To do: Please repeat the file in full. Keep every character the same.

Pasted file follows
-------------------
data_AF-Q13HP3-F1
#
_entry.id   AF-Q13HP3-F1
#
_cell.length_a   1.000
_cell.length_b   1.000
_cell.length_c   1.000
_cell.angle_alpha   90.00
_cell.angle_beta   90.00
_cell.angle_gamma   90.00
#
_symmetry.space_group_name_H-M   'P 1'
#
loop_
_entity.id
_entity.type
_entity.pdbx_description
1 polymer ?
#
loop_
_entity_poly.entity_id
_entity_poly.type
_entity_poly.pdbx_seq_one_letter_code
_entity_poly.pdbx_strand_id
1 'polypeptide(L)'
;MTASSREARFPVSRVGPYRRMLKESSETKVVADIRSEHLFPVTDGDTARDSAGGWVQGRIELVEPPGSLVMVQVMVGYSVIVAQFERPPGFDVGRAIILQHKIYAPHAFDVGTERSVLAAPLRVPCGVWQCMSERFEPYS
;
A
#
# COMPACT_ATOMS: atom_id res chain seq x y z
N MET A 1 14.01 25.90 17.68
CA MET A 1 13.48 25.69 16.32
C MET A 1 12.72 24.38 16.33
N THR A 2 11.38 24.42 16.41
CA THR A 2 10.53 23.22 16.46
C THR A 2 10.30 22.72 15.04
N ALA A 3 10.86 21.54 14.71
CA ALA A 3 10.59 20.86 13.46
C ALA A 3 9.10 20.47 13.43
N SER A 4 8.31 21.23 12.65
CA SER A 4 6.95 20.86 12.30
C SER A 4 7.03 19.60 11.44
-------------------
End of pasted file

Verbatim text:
data_AF-Q13HP3-F1
#
_entry.id   AF-Q13HP3-F1
#
_cell.length_a   1.000
_cell.length_b   1.000
_cell.length_c   1.000
_cell.angle_alpha   90.00
_cell.angle_beta   90.00
_cell.angle_gamma   90.00
#
_symmetry.space_group_name_H-M   'P 1'
#
loop_
_entity.id
_entity.type
_entity.pdbx_description
1 polymer ?
#
loop_
_entity_poly.entity_id
_entity_poly.type
_entity_poly.pdbx_seq_one_letter_code
_entity_poly.pdbx_strand_id
1 'polypeptide(L)'
;MTASSREARFPVSRVGPYRRMLKESSETKVVADIRSEHLFPVTDGDTARDSAGGWVQGRIELVEPPGSLVMVQVMVGYSVIVAQFERPPGFDVGRAIILQHKIYAPHAFDVGTERSVLAAPLRVPCGVWQCMSERFEPYS
;
A
#
# COMPACT_ATOMS: atom_id res chain seq x y z
N MET A 1 14.01 25.90 17.68
CA MET A 1 13.48 25.69 16.32
C MET A 1 12.72 24.38 16.33
N THR A 2 11.38 24.42 16.41
CA THR A 2 10.53 23.22 16.46
C THR A 2 10.30 22.72 15.04
N ALA A 3 10.86 21.54 14.71
CA ALA A 3 10.59 20.86 13.46
C ALA A 3 9.10 20.47 13.43
N SER A 4 8.31 21.23 12.65
CA SER A 4 6.95 20.86 12.30
C SER A 4 7.03 19.60 11.44